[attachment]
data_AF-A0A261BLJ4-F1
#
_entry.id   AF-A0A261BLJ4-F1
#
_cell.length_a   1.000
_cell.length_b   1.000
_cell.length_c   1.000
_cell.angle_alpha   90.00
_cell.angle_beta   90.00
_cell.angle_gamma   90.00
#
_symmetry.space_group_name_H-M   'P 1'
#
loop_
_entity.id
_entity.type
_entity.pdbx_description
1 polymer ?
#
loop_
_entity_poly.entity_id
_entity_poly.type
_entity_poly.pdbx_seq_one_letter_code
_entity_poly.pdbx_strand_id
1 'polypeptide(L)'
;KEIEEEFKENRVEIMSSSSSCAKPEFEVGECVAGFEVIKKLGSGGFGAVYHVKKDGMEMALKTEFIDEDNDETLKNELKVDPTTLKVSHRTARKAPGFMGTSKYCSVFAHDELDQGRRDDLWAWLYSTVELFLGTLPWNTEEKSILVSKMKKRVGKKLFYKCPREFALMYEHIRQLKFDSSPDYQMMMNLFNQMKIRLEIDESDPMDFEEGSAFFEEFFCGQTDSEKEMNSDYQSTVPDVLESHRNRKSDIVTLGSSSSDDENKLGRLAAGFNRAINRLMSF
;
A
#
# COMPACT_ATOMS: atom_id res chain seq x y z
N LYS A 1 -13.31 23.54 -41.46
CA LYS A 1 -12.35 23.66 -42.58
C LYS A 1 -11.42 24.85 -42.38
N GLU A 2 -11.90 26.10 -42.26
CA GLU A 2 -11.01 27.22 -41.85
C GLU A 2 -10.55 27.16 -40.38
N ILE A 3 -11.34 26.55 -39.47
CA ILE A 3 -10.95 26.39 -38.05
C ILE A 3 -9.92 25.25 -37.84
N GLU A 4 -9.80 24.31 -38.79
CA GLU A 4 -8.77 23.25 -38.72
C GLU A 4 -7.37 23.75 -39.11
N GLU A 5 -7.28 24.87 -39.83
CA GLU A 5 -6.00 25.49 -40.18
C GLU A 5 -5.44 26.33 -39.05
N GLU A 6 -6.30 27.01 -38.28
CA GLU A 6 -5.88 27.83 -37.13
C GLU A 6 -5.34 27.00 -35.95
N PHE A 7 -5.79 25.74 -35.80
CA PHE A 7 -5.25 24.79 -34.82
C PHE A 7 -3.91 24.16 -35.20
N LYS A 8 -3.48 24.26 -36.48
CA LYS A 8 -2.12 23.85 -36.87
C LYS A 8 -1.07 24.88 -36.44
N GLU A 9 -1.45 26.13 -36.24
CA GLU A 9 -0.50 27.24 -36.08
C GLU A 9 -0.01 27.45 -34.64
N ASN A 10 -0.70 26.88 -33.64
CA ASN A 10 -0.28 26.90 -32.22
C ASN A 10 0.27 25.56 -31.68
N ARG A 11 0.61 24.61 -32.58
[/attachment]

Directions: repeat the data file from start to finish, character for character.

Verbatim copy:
data_AF-A0A261BLJ4-F1
#
_entry.id   AF-A0A261BLJ4-F1
#
_cell.length_a   1.000
_cell.length_b   1.000
_cell.length_c   1.000
_cell.angle_alpha   90.00
_cell.angle_beta   90.00
_cell.angle_gamma   90.00
#
_symmetry.space_group_name_H-M   'P 1'
#
loop_
_entity.id
_entity.type
_entity.pdbx_description
1 polymer ?
#
loop_
_entity_poly.entity_id
_entity_poly.type
_entity_poly.pdbx_seq_one_letter_code
_entity_poly.pdbx_strand_id
1 'polypeptide(L)'
;KEIEEEFKENRVEIMSSSSSCAKPEFEVGECVAGFEVIKKLGSGGFGAVYHVKKDGMEMALKTEFIDEDNDETLKNELKVDPTTLKVSHRTARKAPGFMGTSKYCSVFAHDELDQGRRDDLWAWLYSTVELFLGTLPWNTEEKSILVSKMKKRVGKKLFYKCPREFALMYEHIRQLKFDSSPDYQMMMNLFNQMKIRLEIDESDPMDFEEGSAFFEEFFCGQTDSEKEMNSDYQSTVPDVLESHRNRKSDIVTLGSSSSDDENKLGRLAAGFNRAINRLMSF
;
A
#
# COMPACT_ATOMS: atom_id res chain seq x y z
N LYS A 1 -13.31 23.54 -41.46
CA LYS A 1 -12.35 23.66 -42.58
C LYS A 1 -11.42 24.85 -42.38
N GLU A 2 -11.90 26.10 -42.26
CA GLU A 2 -11.01 27.22 -41.85
C GLU A 2 -10.55 27.16 -40.38
N ILE A 3 -11.34 26.55 -39.47
CA ILE A 3 -10.95 26.39 -38.05
C ILE A 3 -9.92 25.25 -37.84
N GLU A 4 -9.80 24.31 -38.79
CA GLU A 4 -8.77 23.25 -38.72
C GLU A 4 -7.37 23.75 -39.11
N GLU A 5 -7.28 24.87 -39.83
CA GLU A 5 -6.00 25.49 -40.18
C GLU A 5 -5.44 26.33 -39.05
N GLU A 6 -6.30 27.01 -38.28
CA GLU A 6 -5.88 27.83 -37.13
C GLU A 6 -5.34 27.00 -35.95
N PHE A 7 -5.79 25.74 -35.80
CA PHE A 7 -5.25 24.79 -34.82
C PHE A 7 -3.91 24.16 -35.20
N LYS A 8 -3.48 24.26 -36.48
CA LYS A 8 -2.12 23.85 -36.87
C LYS A 8 -1.07 24.88 -36.44
N GLU A 9 -1.45 26.13 -36.24
CA GLU A 9 -0.50 27.24 -36.08
C GLU A 9 -0.01 27.45 -34.64
N ASN A 10 -0.70 26.88 -33.64
CA ASN A 10 -0.28 26.90 -32.22
C ASN A 10 0.27 25.56 -31.68
N ARG A 11 0.61 24.61 -32.58